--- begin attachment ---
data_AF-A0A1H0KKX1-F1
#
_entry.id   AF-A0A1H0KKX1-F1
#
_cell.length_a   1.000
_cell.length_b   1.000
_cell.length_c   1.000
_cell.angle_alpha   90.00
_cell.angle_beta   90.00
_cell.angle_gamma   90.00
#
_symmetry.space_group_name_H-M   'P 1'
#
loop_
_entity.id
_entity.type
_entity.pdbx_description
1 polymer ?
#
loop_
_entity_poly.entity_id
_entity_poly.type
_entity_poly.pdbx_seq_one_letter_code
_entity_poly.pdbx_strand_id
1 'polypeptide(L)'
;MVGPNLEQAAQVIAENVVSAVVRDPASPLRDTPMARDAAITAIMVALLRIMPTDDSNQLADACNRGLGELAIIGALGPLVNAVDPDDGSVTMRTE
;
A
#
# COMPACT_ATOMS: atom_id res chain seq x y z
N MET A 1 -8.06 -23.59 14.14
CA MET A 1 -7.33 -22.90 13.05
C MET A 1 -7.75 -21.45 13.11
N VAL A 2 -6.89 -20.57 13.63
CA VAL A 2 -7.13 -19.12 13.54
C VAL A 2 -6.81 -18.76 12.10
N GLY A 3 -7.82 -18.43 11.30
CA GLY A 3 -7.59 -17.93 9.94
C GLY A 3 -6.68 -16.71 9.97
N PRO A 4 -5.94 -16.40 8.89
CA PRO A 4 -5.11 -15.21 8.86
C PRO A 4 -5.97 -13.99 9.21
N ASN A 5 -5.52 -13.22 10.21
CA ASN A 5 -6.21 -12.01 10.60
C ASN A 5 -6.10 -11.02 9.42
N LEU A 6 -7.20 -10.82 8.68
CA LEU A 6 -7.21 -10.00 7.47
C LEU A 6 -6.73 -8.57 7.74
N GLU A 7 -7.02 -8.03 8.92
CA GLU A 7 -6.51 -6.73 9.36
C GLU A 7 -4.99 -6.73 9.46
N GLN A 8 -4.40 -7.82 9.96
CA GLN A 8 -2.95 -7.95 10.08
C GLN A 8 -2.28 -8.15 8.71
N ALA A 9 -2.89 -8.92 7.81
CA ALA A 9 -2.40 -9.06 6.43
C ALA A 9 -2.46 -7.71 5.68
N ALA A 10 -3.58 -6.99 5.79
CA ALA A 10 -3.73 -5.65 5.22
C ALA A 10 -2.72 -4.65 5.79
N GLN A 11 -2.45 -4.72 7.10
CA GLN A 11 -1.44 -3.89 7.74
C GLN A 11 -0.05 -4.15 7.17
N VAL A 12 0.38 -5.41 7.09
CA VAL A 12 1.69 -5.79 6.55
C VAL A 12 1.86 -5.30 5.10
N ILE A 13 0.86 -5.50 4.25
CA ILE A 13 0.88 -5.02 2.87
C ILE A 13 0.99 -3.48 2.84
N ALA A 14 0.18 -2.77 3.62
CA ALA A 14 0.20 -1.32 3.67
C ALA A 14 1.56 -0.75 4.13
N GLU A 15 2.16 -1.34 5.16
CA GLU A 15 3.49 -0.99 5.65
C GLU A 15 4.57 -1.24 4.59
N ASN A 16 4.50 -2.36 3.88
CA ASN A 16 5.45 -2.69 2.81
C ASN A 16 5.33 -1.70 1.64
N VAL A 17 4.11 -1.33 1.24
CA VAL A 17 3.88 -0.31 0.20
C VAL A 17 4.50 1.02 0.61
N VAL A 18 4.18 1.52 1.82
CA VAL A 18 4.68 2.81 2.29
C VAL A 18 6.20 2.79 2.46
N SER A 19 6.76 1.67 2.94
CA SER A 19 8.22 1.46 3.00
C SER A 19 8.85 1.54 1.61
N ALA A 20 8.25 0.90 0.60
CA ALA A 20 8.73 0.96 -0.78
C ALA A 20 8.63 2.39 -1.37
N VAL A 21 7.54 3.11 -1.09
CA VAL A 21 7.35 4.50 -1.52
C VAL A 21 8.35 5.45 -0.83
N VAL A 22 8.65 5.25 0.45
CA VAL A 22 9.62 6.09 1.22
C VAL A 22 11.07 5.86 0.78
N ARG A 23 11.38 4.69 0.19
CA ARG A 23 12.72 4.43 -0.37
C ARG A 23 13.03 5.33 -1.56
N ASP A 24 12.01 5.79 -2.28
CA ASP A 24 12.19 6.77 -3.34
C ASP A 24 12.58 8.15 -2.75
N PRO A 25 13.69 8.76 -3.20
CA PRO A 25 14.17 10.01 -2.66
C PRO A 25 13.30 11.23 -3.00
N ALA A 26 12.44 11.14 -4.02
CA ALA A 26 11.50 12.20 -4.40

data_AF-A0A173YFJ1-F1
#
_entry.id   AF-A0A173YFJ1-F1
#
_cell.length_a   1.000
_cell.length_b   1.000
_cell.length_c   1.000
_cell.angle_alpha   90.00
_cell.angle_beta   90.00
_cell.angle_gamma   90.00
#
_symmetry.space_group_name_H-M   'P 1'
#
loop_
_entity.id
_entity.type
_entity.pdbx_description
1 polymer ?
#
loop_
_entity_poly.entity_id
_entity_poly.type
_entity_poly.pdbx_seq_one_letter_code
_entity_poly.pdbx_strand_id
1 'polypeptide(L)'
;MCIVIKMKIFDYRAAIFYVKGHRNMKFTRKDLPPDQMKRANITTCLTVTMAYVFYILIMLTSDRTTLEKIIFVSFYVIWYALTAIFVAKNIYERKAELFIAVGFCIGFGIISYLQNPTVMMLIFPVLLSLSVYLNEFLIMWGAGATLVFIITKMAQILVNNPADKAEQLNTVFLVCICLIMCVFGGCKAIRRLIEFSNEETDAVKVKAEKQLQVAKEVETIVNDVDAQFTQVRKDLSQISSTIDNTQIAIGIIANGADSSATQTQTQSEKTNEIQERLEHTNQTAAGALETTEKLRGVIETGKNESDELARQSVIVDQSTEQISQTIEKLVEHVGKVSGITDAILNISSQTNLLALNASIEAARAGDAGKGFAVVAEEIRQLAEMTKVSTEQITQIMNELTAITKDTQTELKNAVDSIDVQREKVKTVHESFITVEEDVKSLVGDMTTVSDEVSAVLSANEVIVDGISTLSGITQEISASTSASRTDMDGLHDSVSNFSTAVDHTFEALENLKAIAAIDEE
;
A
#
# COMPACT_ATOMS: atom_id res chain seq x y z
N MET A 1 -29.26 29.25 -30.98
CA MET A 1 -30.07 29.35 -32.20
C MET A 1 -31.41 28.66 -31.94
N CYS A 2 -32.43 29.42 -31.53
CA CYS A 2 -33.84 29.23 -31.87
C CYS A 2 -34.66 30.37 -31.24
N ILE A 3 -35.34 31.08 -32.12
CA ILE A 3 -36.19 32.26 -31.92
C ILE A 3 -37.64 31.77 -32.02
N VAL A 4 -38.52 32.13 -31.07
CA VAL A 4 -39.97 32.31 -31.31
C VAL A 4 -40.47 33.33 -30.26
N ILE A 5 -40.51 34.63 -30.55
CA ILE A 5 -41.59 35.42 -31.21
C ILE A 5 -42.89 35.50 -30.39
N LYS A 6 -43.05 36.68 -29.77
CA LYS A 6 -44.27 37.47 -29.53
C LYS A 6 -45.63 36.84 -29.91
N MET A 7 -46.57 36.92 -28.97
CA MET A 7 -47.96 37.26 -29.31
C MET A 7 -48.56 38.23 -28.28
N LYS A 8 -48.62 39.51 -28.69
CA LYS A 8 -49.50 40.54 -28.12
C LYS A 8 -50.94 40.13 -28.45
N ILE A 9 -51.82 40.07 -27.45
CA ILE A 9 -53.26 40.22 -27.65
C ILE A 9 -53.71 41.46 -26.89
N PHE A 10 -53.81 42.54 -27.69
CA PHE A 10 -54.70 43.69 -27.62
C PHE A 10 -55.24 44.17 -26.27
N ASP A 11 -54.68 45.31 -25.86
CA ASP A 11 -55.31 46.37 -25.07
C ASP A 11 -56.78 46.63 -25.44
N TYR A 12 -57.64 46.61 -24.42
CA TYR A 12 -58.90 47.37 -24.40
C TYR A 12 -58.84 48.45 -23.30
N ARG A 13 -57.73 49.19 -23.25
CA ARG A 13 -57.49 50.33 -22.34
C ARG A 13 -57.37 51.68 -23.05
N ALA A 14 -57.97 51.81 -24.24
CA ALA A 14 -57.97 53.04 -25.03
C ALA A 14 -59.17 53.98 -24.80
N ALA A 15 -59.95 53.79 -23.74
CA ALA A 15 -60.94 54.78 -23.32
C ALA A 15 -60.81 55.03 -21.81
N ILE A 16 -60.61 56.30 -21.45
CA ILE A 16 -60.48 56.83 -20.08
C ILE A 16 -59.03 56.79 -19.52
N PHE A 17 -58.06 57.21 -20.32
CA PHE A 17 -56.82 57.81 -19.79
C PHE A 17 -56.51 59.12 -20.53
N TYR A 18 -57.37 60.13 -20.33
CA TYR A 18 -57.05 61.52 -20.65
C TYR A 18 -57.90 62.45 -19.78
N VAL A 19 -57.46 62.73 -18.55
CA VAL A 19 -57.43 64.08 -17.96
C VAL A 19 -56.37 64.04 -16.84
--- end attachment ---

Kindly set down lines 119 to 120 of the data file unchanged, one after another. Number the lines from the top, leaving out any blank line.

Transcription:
_symmetry.space_group_name_H-M   'P 1'
#